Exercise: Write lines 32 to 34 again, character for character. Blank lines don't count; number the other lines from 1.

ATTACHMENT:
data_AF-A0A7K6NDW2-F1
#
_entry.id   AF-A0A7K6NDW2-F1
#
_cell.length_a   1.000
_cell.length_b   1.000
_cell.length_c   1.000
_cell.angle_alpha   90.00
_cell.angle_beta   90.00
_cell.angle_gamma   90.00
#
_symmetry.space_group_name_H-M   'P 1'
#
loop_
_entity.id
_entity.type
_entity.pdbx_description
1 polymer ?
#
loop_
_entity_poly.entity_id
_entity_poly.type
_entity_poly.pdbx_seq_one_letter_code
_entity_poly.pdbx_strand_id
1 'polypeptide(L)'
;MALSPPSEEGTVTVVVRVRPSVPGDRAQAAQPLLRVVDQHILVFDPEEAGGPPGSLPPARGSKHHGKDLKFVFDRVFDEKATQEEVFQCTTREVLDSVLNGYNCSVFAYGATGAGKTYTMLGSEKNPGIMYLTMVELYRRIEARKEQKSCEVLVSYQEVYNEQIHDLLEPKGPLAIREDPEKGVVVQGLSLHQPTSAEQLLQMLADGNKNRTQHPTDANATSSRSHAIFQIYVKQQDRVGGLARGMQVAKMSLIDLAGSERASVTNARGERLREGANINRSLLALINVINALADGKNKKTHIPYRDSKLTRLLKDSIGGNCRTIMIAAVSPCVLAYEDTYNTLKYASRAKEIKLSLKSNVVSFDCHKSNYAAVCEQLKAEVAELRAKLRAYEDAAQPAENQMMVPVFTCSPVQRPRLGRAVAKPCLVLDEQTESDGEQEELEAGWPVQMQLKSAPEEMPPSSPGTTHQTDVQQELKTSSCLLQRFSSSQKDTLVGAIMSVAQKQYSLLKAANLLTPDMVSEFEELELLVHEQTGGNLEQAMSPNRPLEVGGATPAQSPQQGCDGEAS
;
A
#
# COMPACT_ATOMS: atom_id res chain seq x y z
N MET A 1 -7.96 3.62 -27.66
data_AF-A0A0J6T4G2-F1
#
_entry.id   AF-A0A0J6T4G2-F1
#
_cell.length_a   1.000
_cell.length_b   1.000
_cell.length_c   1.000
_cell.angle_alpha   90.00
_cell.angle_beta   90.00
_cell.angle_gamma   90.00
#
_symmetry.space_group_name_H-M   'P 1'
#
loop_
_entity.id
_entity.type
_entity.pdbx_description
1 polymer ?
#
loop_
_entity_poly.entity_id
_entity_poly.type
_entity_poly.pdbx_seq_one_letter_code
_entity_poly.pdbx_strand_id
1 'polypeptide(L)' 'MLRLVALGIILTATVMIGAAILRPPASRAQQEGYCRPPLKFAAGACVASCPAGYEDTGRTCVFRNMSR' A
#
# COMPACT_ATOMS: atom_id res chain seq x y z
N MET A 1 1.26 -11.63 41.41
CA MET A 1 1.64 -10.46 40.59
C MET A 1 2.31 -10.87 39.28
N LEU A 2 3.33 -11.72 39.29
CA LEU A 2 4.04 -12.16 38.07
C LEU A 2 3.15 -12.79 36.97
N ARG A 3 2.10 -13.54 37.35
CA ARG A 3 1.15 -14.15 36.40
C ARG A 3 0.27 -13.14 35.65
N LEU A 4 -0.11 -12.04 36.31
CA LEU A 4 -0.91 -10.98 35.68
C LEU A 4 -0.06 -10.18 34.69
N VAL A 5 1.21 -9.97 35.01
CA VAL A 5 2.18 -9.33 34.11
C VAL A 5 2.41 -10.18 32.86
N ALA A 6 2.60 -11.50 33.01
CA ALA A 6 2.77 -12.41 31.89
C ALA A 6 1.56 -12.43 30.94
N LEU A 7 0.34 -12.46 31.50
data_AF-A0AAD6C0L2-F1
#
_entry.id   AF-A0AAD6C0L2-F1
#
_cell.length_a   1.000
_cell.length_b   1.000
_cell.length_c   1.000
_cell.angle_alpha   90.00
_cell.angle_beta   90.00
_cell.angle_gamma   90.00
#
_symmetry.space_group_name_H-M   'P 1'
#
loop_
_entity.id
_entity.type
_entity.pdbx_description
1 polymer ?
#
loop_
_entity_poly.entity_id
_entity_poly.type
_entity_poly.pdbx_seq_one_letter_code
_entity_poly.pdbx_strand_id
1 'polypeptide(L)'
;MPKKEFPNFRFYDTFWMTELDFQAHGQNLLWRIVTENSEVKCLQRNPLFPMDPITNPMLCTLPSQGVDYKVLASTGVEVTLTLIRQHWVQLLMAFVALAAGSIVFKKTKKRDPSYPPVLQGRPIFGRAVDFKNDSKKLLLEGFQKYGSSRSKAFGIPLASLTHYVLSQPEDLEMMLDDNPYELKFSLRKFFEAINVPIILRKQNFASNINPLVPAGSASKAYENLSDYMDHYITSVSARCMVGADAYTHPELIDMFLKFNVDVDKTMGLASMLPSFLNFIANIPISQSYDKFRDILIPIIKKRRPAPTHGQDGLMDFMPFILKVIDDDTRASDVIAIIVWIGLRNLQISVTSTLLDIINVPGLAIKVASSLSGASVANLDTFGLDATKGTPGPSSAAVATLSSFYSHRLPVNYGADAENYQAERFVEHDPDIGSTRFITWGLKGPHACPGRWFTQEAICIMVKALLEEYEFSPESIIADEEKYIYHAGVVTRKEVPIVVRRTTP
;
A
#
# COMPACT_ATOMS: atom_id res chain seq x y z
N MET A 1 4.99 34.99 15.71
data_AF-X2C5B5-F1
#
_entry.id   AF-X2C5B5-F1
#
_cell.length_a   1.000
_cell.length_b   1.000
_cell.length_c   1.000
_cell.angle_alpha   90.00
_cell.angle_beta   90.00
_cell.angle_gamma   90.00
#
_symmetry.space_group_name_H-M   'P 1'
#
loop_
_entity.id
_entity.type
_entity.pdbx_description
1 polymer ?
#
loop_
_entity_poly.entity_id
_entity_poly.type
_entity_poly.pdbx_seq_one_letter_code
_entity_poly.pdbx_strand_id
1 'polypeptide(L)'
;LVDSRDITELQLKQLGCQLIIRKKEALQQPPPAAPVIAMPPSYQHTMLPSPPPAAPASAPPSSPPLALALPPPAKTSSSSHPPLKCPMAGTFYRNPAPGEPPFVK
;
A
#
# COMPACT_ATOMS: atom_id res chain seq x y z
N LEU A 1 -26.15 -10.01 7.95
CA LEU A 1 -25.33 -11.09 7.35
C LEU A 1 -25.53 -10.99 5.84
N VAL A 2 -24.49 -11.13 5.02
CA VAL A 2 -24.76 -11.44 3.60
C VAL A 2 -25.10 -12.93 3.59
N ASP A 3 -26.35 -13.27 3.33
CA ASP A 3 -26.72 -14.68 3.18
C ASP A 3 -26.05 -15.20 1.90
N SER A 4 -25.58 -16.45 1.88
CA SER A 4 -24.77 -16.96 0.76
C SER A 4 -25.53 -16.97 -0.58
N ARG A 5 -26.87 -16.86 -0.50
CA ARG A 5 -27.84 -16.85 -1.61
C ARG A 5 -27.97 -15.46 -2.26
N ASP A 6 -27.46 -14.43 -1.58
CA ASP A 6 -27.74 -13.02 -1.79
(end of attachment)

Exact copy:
data_AF-A0A0J6T4G2-F1
#
_entry.id   AF-A0A0J6T4G2-F1